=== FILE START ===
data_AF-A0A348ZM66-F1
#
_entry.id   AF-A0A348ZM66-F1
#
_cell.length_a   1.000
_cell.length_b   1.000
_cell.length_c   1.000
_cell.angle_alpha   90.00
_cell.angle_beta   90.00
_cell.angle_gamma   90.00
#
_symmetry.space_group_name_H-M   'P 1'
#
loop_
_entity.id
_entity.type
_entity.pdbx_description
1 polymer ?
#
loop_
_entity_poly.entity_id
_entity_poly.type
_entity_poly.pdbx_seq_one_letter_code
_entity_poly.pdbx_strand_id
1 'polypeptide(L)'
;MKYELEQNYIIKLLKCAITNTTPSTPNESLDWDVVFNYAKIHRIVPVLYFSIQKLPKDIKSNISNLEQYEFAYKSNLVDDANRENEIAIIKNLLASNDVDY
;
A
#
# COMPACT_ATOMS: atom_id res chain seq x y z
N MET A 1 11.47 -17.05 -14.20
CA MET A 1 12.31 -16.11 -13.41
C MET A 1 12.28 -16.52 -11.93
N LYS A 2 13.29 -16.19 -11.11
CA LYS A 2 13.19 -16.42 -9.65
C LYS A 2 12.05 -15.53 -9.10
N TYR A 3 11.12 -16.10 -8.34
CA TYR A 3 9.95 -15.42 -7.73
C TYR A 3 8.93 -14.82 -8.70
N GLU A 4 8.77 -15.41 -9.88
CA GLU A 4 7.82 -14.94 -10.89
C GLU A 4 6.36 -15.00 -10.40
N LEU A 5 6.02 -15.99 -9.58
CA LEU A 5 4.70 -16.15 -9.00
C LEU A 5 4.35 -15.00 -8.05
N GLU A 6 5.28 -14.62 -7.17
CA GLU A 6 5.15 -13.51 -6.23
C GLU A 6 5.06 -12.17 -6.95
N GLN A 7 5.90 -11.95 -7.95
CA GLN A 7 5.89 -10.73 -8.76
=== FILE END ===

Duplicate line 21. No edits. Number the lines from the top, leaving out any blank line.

_entity_poly.entity_id